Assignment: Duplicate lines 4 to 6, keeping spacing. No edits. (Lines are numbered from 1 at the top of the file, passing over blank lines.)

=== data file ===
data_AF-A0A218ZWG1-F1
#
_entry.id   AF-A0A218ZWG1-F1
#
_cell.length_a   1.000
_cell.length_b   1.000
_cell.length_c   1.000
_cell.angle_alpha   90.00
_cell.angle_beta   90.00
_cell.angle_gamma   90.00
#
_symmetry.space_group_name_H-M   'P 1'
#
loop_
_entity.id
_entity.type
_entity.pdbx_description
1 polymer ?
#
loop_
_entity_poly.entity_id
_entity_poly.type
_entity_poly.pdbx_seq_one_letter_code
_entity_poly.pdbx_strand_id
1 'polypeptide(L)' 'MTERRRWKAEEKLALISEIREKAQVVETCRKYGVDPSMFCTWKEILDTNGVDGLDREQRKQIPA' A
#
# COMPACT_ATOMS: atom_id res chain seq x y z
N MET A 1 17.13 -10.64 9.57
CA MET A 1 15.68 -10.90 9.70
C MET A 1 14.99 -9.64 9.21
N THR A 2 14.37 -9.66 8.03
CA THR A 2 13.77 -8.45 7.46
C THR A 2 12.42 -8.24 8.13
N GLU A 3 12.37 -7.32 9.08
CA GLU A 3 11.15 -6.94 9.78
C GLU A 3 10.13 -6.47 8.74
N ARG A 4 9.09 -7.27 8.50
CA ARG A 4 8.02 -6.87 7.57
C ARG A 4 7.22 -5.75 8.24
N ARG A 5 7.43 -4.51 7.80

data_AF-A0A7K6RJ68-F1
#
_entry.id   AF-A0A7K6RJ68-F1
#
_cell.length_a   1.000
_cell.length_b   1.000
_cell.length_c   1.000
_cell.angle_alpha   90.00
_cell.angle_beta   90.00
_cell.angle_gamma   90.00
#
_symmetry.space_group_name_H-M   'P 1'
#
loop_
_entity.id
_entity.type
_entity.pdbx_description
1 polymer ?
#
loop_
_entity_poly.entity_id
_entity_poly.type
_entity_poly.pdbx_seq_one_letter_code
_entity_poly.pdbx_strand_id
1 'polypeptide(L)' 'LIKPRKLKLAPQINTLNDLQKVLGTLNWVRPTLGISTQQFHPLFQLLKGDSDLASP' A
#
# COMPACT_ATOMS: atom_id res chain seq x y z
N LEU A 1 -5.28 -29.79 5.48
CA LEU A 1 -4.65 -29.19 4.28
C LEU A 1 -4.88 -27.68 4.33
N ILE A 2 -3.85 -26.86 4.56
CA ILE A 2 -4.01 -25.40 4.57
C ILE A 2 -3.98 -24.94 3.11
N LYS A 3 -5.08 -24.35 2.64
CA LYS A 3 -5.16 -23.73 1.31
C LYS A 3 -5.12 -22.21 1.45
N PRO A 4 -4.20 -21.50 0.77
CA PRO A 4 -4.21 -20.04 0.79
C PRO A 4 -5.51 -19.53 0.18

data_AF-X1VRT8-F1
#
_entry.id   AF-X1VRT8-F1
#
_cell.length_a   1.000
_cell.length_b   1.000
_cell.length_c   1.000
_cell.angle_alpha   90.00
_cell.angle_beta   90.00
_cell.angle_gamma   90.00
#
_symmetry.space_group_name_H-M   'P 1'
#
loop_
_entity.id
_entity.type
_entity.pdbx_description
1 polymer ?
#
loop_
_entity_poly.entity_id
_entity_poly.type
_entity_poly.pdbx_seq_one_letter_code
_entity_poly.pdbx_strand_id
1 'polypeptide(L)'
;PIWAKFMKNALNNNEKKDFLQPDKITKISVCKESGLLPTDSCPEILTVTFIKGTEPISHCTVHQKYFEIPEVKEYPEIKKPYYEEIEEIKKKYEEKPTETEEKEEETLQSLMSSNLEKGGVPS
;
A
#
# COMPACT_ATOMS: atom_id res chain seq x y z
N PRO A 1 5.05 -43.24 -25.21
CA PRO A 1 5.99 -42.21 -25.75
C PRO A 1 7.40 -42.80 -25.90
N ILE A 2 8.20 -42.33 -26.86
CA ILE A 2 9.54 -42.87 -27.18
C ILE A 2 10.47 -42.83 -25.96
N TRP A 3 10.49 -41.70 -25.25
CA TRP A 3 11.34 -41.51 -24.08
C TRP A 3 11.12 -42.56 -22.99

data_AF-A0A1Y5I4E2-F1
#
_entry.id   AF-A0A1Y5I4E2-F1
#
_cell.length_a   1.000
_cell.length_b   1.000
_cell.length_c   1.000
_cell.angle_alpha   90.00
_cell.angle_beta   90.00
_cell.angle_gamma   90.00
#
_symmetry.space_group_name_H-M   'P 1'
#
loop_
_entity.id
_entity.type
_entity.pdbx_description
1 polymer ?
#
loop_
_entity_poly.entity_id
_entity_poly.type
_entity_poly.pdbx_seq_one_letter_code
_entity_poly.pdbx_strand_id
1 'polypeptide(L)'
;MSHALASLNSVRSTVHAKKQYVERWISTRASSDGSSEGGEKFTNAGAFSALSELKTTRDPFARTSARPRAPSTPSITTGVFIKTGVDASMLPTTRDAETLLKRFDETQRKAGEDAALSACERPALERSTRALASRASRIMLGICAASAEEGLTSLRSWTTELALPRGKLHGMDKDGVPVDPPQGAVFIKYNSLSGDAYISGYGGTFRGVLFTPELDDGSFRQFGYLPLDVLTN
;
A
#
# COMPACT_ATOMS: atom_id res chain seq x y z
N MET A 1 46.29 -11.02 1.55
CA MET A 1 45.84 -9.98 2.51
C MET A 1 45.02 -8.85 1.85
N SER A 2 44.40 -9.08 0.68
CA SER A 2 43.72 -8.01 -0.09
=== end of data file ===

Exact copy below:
#
_cell.length_a   1.000
_cell.length_b   1.000